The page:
We need to talk about a certain recurring film cliché. Why is it that a female character cuts her hair before her moment of clarity, or some turn around in her psyche? And I don’t mean going into a hair salon and telling the hairdresser some cheesy line like ‘I need a new look for a new me’. I mean the type of hair cut where they look desperately into their bathroom mirror, the camera cuts to their hand reaching for a pair of scissors before hacking off their own hair. They never do a trim either, it’s always a big chunk of hair that falls dramatically to the floor.
I have to say, I was rather disappointed by the inclusion of this cinematic cliché in David O. Russell’s Joy. It added nothing to the story. We would have felt the same emotions had Jennifer Lawrence swaggerred into the meeting with her manufacturer with long hair. So, what’s the point? The dramatic cutting of the hair seems to represent a switch in the character. In a time of absolute despair the heroine will cut her own hair, as if she is chopping away all the things that weighed her down and stopped her from achieving her goals. Only after freeing herself from the weight of those unneccessary, lucious locks can she be sucessful. But Joy didn’t need to cut her hair to show that she has transformed. Surely Joy didn’t need a visual reminder of the transformation of the eponymous hero? Surely we understood that anyway.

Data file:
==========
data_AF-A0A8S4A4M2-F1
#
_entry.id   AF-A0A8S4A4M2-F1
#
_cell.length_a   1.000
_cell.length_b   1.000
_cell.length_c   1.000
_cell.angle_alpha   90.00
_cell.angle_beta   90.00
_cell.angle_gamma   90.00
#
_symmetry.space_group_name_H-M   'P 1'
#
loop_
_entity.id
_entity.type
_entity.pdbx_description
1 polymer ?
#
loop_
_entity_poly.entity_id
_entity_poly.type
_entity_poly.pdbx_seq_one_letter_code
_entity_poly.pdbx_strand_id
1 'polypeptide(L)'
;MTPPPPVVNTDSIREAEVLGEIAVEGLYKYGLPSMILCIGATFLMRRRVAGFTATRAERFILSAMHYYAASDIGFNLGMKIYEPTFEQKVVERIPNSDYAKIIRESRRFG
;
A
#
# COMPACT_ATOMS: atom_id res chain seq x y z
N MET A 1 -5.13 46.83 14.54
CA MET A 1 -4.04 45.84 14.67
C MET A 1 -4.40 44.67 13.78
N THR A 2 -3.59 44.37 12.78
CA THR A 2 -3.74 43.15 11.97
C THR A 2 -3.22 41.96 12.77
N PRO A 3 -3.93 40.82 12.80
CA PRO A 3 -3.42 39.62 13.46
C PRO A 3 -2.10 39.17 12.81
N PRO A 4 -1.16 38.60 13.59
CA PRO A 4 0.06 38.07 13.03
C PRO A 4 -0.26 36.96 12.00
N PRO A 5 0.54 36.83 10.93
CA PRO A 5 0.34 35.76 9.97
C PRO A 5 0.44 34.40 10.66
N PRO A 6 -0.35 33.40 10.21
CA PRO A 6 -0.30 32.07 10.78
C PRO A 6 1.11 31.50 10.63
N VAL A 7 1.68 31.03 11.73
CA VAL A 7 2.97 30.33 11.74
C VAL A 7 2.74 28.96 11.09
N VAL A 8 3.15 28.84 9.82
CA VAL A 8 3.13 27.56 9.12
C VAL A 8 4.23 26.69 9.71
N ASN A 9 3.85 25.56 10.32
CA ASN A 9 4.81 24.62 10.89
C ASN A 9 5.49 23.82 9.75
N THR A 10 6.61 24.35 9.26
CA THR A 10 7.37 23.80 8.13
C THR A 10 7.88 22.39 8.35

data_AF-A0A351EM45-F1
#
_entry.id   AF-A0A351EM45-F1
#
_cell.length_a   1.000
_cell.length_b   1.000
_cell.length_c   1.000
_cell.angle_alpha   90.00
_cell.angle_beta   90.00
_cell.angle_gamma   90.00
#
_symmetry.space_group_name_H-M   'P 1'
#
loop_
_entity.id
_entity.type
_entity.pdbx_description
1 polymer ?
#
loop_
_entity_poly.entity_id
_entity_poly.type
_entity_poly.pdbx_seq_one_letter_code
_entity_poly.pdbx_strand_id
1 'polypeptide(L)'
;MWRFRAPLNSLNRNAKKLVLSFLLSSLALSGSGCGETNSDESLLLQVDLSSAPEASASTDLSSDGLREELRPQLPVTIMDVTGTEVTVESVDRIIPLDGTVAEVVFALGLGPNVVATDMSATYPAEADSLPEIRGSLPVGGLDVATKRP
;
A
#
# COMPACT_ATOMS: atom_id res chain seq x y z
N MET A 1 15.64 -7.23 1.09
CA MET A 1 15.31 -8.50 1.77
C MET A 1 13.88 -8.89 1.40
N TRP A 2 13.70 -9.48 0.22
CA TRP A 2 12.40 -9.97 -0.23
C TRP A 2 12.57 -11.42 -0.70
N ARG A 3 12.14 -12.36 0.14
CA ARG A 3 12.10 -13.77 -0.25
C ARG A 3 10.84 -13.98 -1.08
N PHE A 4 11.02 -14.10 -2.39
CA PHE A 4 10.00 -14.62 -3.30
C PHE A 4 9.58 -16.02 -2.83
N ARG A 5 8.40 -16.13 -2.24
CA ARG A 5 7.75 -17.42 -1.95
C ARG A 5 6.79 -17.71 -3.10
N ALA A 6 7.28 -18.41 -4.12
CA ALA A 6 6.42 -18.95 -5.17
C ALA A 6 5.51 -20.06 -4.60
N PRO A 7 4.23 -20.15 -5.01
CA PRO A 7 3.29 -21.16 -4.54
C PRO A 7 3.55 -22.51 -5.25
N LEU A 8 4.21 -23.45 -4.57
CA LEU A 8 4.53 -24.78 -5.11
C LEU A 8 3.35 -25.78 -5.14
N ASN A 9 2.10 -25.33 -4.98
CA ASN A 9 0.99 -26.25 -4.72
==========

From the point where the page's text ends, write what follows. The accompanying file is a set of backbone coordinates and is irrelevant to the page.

Joy isn’t the only film to do this. Many other heroines have braved the chop. Anne Hathaway won an Oscar for doing it. Although her character in Les Misérables in fact cuts her hair to sell it in order to feed her child… So maybe we can let her off. I’ll also let off Marie in The Bourne Identity. Jason Bourne cuts her hair off so that she may be slightly less indentifiable to the authorities while they’re on the run. And I’ll let Gwyneth Paltrow off in Sliding Doors. Without that hair cut no one would be able to make head nor tail of the film.
The symbolic hair-cutting cliché also enters into the world of animation. Who remembers Mulan’s transformation? When she decides she doesn’t want to be the typical submissive female, so slices her hair off with a sword (that’s much cooler than taking a pair of kitchen scissors to do the job) so that she can become the heroine that saves China. It was dramatic, wasn’t it? For a 90 minute Disney film, it works, but Joy is a 124 minute film about the transformation of the lead female character, so do we really need a 2 minute hair cutting scene to reinforce that?
Even though I find this cliché irritating, I have to admit I understand to some extent the reason for it. I’ve got a hair appointment booked for Tuesday, and I plan on cutting my hair a lot shorter. There is something about a haircut that makes you feel 10x better about yourself, as if you can take on the world. Or at least the day. I know I’ll walk out of the hairdresser’s on Tuesday thinking I’m Jennifer Lawrence. Maybe it will inspire me to invent a new household product, or at least start doing some housework…